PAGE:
So often God called Moses. / Three times they met; / at the flaming bush, / on Sinai amidst rock and stone, / and before the Tent of Meeting / that Moses might intuit God’s mind / and soothe God’s heart / as a lover comforts his beloved.
Since creation / God yearned to bridge the chasm / when the Creator pulled away / and opened space / to share the universe.
Yet the Almighty remained alone / exiled within the Divine Self / when the vessels shattered / and matter was flung to the far reaches of space.
The upper spheres were divorced from the lower, / male from female, / the primal Father from the primal Mother, / Tiferet from Malchut, / Hakadosh Baruch Hu from Shechinah, / Adonai from Knesset Yisrael.
Before time and speech, / God appointed the soul of the Shepherd-Prince Moses / to be prophet / and endowed him with hearing-sight, / wide-ranging wisdom and intuitive knowledge.
No one but Moses / had ever been so chosen or / to come so near to God.
Moses saw with his ears / heard with his eyes / tasted with his mind / and remained whole in the Light.
The prophet descended the mountain aglow, / the primordial Light shielding him behind a veil / bearing on his forehead divine ink-drops / radiating and illuminating the earth’s four corners.
Moses descended upon angel’s wings, / weightless and cradling the lettered-stone / inside the eye of raging winds.
Though a Prince in Egypt / Moses’ destiny was as a lonely shepherd / gathering sheep / and drawing the children of Israel to God.
God needed much from Moses – / to bring the plagues / and show that there is no God but God, / and liberate the people, / and bring them to Sinai, / and inspire with the Word, / and create God’s house / that light might abide within every heart / and restore wholeness in the world.
After all of God’s expectations and demands / we might expect Moses’ strength to be depleted, / to be exhausted to the bone and ready to say; / “Enough! O Redeemer – find a new prophet! / I can no longer bear the burden / and be Your voice and create bridges / You are Almighty God / I am but flesh / My strength is gone / My time expired!”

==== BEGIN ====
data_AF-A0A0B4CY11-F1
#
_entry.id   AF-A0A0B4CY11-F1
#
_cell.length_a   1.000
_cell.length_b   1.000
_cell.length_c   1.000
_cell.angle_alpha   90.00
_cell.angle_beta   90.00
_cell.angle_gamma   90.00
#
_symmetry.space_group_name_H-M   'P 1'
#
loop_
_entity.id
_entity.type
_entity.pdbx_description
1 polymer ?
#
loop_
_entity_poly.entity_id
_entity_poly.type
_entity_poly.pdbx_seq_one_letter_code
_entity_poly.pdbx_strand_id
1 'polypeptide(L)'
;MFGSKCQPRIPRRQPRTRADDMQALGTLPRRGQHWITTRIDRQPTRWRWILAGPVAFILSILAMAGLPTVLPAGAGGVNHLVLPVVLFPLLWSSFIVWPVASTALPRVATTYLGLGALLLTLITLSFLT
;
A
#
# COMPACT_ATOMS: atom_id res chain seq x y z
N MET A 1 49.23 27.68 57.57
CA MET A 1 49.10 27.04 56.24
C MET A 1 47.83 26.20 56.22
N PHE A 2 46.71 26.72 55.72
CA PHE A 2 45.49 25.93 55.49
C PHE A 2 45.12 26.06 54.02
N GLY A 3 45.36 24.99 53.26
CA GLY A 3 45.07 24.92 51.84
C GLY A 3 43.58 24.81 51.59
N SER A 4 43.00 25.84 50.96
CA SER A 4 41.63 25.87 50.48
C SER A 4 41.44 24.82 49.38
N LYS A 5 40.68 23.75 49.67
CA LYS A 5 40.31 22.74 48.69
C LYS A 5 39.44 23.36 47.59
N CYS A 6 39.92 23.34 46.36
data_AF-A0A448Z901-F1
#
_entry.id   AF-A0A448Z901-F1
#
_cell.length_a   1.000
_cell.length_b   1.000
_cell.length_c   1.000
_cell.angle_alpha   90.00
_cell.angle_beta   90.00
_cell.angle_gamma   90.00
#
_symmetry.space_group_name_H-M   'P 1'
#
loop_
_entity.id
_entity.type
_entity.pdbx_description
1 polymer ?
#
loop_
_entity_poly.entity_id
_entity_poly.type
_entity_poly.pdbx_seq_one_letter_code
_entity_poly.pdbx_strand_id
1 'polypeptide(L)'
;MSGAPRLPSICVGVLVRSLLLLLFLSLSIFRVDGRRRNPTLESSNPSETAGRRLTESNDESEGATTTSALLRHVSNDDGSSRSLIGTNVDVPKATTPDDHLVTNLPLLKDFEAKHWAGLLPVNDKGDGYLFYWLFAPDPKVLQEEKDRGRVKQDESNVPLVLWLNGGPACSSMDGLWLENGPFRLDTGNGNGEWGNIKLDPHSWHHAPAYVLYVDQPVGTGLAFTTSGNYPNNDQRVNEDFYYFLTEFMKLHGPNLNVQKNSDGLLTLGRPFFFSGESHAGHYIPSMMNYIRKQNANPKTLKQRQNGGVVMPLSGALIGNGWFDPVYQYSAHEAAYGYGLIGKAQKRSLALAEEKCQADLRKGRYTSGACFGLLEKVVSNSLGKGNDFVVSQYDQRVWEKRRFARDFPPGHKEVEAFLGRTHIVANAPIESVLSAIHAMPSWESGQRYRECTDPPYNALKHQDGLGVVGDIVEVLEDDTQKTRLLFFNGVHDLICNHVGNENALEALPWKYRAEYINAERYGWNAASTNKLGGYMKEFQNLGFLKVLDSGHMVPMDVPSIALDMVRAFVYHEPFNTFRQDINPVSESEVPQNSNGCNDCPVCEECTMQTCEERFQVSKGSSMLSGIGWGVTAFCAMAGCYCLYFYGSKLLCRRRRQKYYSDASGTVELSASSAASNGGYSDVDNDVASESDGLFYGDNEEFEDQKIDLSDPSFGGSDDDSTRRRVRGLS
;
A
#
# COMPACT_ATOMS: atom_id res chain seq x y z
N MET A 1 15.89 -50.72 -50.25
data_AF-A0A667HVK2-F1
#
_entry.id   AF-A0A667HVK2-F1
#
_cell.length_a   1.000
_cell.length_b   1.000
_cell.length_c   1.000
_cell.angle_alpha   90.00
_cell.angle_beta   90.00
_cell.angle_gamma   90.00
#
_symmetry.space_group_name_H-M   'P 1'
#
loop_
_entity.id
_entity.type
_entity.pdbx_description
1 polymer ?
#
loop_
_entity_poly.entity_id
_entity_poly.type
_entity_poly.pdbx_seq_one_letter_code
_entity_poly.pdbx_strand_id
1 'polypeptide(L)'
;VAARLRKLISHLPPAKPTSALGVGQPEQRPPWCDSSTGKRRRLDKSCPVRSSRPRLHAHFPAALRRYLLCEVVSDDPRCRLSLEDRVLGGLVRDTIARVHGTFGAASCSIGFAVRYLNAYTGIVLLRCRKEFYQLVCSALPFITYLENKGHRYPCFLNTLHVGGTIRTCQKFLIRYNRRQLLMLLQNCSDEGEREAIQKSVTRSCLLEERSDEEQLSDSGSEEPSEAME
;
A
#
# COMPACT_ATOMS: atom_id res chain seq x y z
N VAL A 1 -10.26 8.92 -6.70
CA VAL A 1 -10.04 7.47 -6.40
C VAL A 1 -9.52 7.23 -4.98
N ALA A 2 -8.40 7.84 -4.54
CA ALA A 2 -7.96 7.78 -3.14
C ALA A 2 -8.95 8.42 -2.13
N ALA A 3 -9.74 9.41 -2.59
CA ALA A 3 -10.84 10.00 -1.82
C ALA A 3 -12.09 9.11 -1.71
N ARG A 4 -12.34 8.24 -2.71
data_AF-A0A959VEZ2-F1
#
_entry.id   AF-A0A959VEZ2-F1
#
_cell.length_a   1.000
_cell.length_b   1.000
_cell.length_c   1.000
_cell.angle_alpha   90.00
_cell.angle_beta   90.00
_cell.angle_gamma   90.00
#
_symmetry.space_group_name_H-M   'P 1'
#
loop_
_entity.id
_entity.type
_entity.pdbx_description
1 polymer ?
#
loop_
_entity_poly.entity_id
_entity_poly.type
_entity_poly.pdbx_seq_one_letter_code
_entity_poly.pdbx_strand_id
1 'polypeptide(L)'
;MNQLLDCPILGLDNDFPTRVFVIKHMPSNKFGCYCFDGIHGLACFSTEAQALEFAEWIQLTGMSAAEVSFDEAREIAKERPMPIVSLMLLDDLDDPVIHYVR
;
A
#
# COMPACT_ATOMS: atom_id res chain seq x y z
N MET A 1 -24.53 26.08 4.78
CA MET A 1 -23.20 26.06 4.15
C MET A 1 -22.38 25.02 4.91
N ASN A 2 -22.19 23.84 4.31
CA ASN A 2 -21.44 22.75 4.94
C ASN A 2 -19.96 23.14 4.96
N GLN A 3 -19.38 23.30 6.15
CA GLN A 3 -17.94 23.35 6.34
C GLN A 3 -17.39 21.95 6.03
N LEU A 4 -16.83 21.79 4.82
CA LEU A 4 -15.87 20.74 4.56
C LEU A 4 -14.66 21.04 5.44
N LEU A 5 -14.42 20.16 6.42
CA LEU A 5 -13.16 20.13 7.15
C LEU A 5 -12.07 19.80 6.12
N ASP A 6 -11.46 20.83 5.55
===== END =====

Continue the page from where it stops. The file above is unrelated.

“Nonsense!” proclaimed the Eternal. / “I am not yet ready for your retirement! / My world remains shattered, / My light obscured, / my heart broken and aching. / I need you to teach My people / and all people / and instill in their hearts / a love that heals My wound / for I cannot do this for Myself.”
Alas, the Creator-Redeemer’s needs were clear / to be close to Moses and the people / that the prophet and Israel together / might wipe away God’s tears / and restore God’s heart to wholeness / and heal God’s Name to Itself / and bring peace.
Poem composed by Rabbi John L. Rosove
Notes about this poetic Midrash:
The first word that appears in this week’s Torah portion Vayikra (vav – yud – kuf – resh – aleph – “And God called Moses…”) ends with an unusually small aleph. This anomaly in what is called the k’tiv (written text) gave rise to much rabbinic interpretation over the centuries.
Rashi explained that the small aleph teaches the humility of Moses. Others said that the aleph is an introduction to the Levitical laws of sacrifice, which requires humility. A Midrash suggests that when Moses descended from Mount Sinai carrying the tablets of the law, he emitted a keren or (“a ray of light”) compelling Moses to shield his face with a veil because the people could not look upon him in such a state. The source of that ray of light was divine ink left over when Moses wrote a small aleph instead of one of normal size. The Midrash explains that Moses had sought to lessen his own stature by using a small aleph, but God restored the extra drops of divine ink by placing them upon Moses’ forehead.
The Midrashic literature comments at length about Moses’ experience meeting panim el panim (lit. “face to face” – metaphorically “soul to soul”) with God. Moses was first among God’s prophets. Though each prophet spoke God’s words, there never was another prophet like Moses nor, as the Torah explains, was there ever again a more humble human being on earth than Moses.
I am not normally an envious person. However, I have always envied the experience of the prophet and most especially Moses’ meeting with God on the mountain. It is my unquenchable yearning to know and my fascination with prophecy itself that inspired me to write this Midrash.
For those of you wishing more insight into Biblical prophecy, I recommend Rabbi Abraham Joshua Heschel’s “The Prophets” – publ. Jewish Publication Society, New York, 1962.